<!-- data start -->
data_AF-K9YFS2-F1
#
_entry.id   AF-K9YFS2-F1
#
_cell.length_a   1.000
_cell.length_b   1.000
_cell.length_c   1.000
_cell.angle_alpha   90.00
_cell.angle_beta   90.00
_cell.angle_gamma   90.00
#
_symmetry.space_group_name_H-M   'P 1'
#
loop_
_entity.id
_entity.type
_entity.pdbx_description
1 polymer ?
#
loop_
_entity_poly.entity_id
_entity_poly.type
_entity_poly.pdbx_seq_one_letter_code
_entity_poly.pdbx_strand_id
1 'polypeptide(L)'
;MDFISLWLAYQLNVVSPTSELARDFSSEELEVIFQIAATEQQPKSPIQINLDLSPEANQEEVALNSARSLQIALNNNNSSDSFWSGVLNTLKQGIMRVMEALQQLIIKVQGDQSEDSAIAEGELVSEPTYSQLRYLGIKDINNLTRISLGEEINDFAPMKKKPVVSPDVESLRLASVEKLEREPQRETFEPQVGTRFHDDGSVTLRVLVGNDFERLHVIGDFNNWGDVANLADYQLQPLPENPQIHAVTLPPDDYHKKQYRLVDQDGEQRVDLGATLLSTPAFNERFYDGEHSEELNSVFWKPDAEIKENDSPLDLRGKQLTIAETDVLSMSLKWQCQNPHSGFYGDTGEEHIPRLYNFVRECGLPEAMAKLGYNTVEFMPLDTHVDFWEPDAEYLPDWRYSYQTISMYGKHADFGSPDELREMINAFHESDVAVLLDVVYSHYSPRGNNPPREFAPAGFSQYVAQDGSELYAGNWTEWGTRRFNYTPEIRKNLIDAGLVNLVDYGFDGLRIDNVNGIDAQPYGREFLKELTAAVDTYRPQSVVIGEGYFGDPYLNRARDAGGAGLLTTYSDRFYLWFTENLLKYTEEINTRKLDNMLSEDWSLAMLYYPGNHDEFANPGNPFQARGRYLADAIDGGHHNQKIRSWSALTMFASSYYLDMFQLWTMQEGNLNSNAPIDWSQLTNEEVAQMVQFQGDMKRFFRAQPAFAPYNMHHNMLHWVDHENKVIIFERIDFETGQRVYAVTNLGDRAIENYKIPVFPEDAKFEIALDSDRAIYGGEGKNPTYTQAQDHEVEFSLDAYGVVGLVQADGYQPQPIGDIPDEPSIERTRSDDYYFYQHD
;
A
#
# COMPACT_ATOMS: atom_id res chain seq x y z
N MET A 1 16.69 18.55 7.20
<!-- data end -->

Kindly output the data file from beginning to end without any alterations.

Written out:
data_AF-K9YFS2-F1
#
_entry.id   AF-K9YFS2-F1
#
_cell.length_a   1.000
_cell.length_b   1.000
_cell.length_c   1.000
_cell.angle_alpha   90.00
_cell.angle_beta   90.00
_cell.angle_gamma   90.00
#
_symmetry.space_group_name_H-M   'P 1'
#
loop_
_entity.id
_entity.type
_entity.pdbx_description
1 polymer ?
#
loop_
_entity_poly.entity_id
_entity_poly.type
_entity_poly.pdbx_seq_one_letter_code
_entity_poly.pdbx_strand_id
1 'polypeptide(L)'
;MDFISLWLAYQLNVVSPTSELARDFSSEELEVIFQIAATEQQPKSPIQINLDLSPEANQEEVALNSARSLQIALNNNNSSDSFWSGVLNTLKQGIMRVMEALQQLIIKVQGDQSEDSAIAEGELVSEPTYSQLRYLGIKDINNLTRISLGEEINDFAPMKKKPVVSPDVESLRLASVEKLEREPQRETFEPQVGTRFHDDGSVTLRVLVGNDFERLHVIGDFNNWGDVANLADYQLQPLPENPQIHAVTLPPDDYHKKQYRLVDQDGEQRVDLGATLLSTPAFNERFYDGEHSEELNSVFWKPDAEIKENDSPLDLRGKQLTIAETDVLSMSLKWQCQNPHSGFYGDTGEEHIPRLYNFVRECGLPEAMAKLGYNTVEFMPLDTHVDFWEPDAEYLPDWRYSYQTISMYGKHADFGSPDELREMINAFHESDVAVLLDVVYSHYSPRGNNPPREFAPAGFSQYVAQDGSELYAGNWTEWGTRRFNYTPEIRKNLIDAGLVNLVDYGFDGLRIDNVNGIDAQPYGREFLKELTAAVDTYRPQSVVIGEGYFGDPYLNRARDAGGAGLLTTYSDRFYLWFTENLLKYTEEINTRKLDNMLSEDWSLAMLYYPGNHDEFANPGNPFQARGRYLADAIDGGHHNQKIRSWSALTMFASSYYLDMFQLWTMQEGNLNSNAPIDWSQLTNEEVAQMVQFQGDMKRFFRAQPAFAPYNMHHNMLHWVDHENKVIIFERIDFETGQRVYAVTNLGDRAIENYKIPVFPEDAKFEIALDSDRAIYGGEGKNPTYTQAQDHEVEFSLDAYGVVGLVQADGYQPQPIGDIPDEPSIERTRSDDYYFYQHD
;
A
#
# COMPACT_ATOMS: atom_id res chain seq x y z
N MET A 1 16.69 18.55 7.20